Animal models of epilepsy are often used to test the effects of new drug treatments on seizure occurrence. In this study, a research team led by EpLink co-director Dr. McIntyre Burnham examined the effects of cannabis extracts on seizure frequency in a model of focal impaired awareness seizures (FIASs). FIASs, previously known as complex partial seizures, are one of the most common seizure types and are very difficult to treat since seizures often do not respond to standard antiseizure medications. Previous studies have found that the cannabis extract cannabidiol (CBD) can reduce seizure frequency in people with certain epilepsy syndromes when used along with antiseizure medication.
The researchers were interested in whether CBD or Δ9-tetrahydrocannabinol (THC), another cannabis extract, could potentially be used to treat FIASs as well. In this study, the research team used a technique known as kindling to mimic the development of FIASs. In rat models, kindling occurs when repeated electrical stimulation is delivered to a particular brain region to make it more likely for a seizure to occur. The researchers performed this technique on the amygdala, in an area of the brain known as the temporal lobe, which is often where seizures begin. Once kindling was complete, the researchers injected the rats with either THC alone, CBD alone or a combination of CBD and THC. Afterwards, they examined the effects on seizure frequency using electroencephalography, or EEG.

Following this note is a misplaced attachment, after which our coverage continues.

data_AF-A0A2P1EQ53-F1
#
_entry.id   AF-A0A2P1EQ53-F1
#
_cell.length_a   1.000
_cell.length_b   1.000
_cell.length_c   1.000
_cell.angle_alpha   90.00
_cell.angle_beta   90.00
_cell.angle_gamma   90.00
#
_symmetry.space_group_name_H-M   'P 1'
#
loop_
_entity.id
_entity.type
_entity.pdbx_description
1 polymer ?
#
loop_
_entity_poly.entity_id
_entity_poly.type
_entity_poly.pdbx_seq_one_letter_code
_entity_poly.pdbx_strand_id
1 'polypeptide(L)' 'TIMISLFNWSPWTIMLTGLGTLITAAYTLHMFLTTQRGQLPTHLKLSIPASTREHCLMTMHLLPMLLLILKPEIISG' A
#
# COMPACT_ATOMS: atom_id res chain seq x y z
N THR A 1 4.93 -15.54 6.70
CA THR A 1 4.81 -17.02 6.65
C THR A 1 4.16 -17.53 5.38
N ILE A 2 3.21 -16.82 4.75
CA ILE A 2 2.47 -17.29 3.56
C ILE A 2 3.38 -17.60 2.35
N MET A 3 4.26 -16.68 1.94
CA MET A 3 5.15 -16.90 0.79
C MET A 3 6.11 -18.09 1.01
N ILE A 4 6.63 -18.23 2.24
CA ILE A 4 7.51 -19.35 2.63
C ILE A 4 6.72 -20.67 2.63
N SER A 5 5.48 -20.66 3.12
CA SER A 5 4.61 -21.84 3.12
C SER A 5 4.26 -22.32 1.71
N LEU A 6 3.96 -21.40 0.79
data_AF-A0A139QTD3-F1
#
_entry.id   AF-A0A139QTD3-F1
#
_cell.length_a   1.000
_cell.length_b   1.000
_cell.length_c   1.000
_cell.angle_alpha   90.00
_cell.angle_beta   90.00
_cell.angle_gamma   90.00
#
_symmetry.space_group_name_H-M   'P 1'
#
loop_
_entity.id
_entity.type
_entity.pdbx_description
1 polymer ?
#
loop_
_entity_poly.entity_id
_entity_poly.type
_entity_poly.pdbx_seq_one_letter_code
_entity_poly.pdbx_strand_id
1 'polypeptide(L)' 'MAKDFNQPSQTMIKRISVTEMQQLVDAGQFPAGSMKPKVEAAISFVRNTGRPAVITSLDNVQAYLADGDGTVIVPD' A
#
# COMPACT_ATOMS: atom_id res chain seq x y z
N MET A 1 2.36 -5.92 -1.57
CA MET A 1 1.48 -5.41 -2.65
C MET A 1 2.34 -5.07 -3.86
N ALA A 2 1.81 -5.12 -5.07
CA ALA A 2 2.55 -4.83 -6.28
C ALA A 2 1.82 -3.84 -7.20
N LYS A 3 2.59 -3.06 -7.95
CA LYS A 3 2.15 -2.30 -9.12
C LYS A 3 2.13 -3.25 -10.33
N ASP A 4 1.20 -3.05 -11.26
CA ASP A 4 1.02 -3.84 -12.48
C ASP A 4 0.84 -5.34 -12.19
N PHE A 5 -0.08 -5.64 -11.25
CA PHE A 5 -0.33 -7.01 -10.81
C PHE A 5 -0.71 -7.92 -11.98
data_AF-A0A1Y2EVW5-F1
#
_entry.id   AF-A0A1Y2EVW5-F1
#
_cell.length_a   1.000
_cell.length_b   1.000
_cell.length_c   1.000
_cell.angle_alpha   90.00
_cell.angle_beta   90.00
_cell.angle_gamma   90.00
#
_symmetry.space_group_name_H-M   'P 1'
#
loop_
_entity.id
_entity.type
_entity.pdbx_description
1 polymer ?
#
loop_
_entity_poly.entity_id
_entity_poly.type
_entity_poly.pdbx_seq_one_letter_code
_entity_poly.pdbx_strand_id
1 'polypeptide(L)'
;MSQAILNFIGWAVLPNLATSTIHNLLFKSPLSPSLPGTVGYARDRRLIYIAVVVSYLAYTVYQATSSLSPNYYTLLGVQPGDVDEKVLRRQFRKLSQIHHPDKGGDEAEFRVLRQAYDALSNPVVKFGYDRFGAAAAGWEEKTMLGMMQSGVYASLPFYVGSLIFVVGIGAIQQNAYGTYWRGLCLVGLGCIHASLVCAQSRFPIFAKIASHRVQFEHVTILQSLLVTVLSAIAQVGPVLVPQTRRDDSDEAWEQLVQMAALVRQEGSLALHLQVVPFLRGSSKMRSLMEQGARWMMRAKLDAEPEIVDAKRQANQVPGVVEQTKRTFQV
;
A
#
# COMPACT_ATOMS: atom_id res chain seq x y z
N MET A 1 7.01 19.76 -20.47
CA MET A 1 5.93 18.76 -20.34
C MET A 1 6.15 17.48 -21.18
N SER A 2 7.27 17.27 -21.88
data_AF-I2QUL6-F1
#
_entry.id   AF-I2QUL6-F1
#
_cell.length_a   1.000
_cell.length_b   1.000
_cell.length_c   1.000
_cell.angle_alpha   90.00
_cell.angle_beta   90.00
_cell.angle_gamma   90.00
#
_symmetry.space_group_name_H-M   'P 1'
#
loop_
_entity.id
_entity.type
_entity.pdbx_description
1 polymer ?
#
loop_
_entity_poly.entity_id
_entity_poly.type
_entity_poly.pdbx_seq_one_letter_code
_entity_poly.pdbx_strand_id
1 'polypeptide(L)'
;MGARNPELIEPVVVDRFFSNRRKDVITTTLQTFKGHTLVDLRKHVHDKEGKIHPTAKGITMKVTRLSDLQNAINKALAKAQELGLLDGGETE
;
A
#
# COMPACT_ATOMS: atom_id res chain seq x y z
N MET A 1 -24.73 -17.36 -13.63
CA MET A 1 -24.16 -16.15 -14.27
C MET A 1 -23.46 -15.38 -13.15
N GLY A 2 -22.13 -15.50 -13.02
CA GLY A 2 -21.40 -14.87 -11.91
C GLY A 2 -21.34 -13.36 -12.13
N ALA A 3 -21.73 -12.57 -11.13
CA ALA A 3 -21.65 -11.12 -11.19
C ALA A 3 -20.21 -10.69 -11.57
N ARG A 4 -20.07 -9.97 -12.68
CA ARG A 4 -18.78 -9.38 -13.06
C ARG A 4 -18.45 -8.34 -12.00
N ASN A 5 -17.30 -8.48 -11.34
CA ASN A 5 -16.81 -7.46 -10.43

The EEG recordings showed that CBD alone and THC alone were able to reduce seizures to some degree, but the combination of CBD and THC was much more effective at suppressing seizures. Importantly, no toxic side effects were seen in any of the animals. There was no clear link between the dose given and the amount of seizure suppression. For example, in rats given a combination of CBD and THC, the greatest reduction in seizures occurred at the lowest dose. This suggests that there might be a difference between responders and non-responders, meaning that cannabis extracts may be more beneficial in some patients than others. More research is needed to understand why the combination of CBD and THC may be more effective than either extract alone, and which patients with FIASs may be most likely to benefit from this type of treatment.